Updated June 15, 2021

Every spring Whistler Blackcomb opens for sightseeing, after taking a short pause to service the gondolas and lifts that have been running hard all winter. While the valley has fully melted, the high peaks up top are still blanketed in snow.

Early season sightseeing means the alpine hiking trails are still covered, but Whistler Blackcomb clears the access road to the Peak Chair, leaving canyons of snow for you to explore on your walk to the Peak.

This unique sightseeing experience won’t last long, so check out these tips and get up to Whistler to see the snow walls for yourself before they’re gone.

Whistler Mountain spring hiking

When to Go

When dealing with snow and hot weather, the best advice I can give you is the sooner the better after (exact date varies by year, check hours of operation). The walls will get smaller every day with the late spring and summer heat. If this experience is on your bucket list I recommend planning your visit ASAP to see them in their full glory.

Snow Walls on Pika's Traverse Whistler

How to Get There

Access to the snow walls is included in the PEAK 2 PEAK 360 Experience. You can buy tickets for just the day, the full season, or use an Epic Pass for access.

INSIDER TIP: purchase tickets online ahead of your visit to get the best price.

How to Plan Your Hike

Sightseeing on Whistler Blackcomb is via the Blackcomb Gondola in the Upper Village. The ride up the gondola to the Rendezvous Lodge takes about 30 minutes, and there’s plenty to see – keep an eye out for bears and stunning mountain views on the way up. When you get off at the top, stop by the Rendezvous Lodge to use their washroom, and stock up on water and food before heading across the PEAK 2 PEAK to Whistler Mountain. The ride across takes around 11 minutes and gives you incredible 360-degree views of the surrounding Coast Mountain Range.

From the Roundhouse Lodge walk uphill towards the top of the Emerald 6 Express. The trail you are looking for is Pika’s Traverse Road to Matthew’s Traverse Road, which is a distance of 3.8 km (one way). To help you navigate there are printed maps available on the mountain, or you can see a digital version here with distances and suggested times.

The snow walls extend all the way to the top of Peak Chair, but be warned, Peak Express Chair lift access does not start until late-June (which depending on the year, could be after the snow walls are gone) so remember to save time and energy for the hike back down.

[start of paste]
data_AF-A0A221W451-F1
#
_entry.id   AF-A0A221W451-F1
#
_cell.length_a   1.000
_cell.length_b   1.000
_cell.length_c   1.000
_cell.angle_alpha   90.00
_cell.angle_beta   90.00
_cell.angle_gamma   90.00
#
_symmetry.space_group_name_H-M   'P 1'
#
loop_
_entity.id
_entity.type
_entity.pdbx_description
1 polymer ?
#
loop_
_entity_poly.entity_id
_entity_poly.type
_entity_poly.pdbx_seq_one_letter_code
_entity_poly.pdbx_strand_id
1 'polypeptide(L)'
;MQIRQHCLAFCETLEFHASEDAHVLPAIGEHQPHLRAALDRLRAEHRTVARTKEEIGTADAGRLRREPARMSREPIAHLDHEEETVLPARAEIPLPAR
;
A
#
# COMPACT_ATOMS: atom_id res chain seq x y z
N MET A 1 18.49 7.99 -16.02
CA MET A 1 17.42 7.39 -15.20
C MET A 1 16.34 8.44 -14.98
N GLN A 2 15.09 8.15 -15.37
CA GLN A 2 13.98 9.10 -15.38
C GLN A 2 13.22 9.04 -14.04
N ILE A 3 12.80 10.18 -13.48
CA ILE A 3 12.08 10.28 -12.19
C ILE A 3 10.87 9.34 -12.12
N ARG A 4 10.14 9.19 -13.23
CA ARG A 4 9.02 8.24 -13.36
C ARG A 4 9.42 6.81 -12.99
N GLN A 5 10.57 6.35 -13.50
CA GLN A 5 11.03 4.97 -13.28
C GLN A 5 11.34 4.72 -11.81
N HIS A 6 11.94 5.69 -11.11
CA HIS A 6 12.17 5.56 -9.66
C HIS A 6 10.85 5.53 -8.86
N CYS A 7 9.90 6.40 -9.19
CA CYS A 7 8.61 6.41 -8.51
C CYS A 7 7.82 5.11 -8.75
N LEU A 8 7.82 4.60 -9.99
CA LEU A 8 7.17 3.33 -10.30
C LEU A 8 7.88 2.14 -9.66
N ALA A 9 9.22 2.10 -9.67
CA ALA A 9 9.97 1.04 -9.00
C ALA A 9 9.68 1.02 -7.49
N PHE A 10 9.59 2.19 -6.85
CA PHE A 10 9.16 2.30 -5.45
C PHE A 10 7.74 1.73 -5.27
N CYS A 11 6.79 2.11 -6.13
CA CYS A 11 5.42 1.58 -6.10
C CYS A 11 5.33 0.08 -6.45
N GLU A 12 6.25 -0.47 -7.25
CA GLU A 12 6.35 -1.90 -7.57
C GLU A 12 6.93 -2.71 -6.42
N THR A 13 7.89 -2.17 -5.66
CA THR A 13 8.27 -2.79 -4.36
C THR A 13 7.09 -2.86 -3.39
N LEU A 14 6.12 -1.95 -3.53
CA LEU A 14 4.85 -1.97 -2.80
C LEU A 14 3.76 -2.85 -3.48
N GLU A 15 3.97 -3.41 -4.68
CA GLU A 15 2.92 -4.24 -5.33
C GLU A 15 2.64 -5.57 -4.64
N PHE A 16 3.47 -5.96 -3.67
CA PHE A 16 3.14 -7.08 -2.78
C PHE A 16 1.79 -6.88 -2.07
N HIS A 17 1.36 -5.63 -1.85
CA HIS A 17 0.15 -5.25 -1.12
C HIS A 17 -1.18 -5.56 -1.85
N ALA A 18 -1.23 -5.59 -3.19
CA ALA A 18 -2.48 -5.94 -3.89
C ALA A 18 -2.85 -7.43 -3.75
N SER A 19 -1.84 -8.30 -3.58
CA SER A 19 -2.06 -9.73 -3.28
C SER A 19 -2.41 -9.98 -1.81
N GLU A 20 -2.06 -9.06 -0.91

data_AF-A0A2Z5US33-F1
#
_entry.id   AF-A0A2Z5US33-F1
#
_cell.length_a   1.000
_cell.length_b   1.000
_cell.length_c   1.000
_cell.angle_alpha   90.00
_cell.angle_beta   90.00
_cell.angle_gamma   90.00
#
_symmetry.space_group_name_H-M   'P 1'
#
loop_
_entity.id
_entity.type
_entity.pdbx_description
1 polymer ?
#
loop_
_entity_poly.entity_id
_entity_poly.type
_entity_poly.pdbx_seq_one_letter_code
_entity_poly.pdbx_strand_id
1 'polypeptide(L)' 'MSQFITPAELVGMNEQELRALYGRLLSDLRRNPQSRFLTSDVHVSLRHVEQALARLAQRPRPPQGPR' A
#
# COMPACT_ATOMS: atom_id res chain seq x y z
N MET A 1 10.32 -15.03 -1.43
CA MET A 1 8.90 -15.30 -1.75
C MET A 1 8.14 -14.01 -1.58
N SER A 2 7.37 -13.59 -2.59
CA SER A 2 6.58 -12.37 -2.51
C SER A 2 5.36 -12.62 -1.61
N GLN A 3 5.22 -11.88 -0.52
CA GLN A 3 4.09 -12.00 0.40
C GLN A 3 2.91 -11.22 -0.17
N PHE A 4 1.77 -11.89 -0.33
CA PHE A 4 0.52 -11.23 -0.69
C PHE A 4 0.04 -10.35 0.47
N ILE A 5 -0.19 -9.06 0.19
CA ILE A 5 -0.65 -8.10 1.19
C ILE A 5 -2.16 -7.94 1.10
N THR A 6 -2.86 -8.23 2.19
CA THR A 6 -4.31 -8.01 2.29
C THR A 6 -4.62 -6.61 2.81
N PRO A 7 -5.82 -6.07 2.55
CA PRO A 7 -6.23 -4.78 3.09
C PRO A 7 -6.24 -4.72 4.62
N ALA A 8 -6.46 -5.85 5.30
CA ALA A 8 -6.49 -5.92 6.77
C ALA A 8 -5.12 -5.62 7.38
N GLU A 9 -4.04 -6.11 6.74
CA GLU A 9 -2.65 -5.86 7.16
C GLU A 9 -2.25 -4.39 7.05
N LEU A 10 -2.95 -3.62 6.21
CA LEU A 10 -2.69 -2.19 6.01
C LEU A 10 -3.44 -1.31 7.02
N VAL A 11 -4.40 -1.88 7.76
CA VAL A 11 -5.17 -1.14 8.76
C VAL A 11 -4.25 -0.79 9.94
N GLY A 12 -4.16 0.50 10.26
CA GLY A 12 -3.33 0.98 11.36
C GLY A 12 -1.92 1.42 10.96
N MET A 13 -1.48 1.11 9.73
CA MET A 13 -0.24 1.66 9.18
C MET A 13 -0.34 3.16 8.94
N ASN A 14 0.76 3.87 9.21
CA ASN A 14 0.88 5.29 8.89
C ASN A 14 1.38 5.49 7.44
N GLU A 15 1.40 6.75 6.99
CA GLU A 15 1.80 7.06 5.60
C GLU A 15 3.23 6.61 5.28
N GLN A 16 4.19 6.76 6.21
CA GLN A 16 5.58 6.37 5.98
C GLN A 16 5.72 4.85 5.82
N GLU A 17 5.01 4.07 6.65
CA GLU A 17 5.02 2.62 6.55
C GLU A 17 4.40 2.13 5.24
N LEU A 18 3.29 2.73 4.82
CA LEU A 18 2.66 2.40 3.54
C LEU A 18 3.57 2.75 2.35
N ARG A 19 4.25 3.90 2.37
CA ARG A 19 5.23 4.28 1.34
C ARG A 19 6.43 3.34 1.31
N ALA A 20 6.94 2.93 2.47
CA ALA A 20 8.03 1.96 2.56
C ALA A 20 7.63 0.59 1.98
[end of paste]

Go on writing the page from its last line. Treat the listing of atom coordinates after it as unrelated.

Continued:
What to Wear

Wearing the right clothes is key to having a great day exploring the snow walls. The weather at the top of the mountain is typically a few degrees cooler than the valley, and wind through the snow walls acts like a natural air conditioner.

When planning your hike make sure to pack layers for cooler weather, including a warm midlayer, and a windproof outer layer. You can always put them into your pack if you get too warm on the hike up, and you’ll be grateful to have them on the cooler hike down.

Snow Walls in Whistler Resort

Another key to being a happy hiker is good footwear. At a bare minimum you should wear a pair of running shoes. They don’t need to be fancy, but they should have decent grip, and be sturdy enough that you can’t feel rocks through the soles when you walk. I’ve seen people wear all kinds of footwear worn on this hike including sandals and heels, and those wearers looked miserable. Don’t be that person.

Where to Take the Best Photo

The snow walls are interesting from start to finish, with photo opportunities all along the way, but there are some points that are particularly photogenic. You can find the tallest walls between the Harmony Inukshuk and the top Harmony Chair. Not only are the snow walls tallest there, but there is also a line of sight that looks down the snow walls and through to Blackcomb Mountain. Don’t forget to tag your pics with #OnlyInWhistler to share your shots with fellow adventurers.

Snow Walls Whistler Mountain 2018

For more information on all things outdoors from hiking to paddling to golf, visit Whistler.com.



Megan is a mountain adventurer guilty of breaking the golden rule, telling everyone her mountain secrets (ok, maybe she keeps a few to herself). Ontario by birth, and now Whistler by choice, even a decade later, the mountains still take her breath away.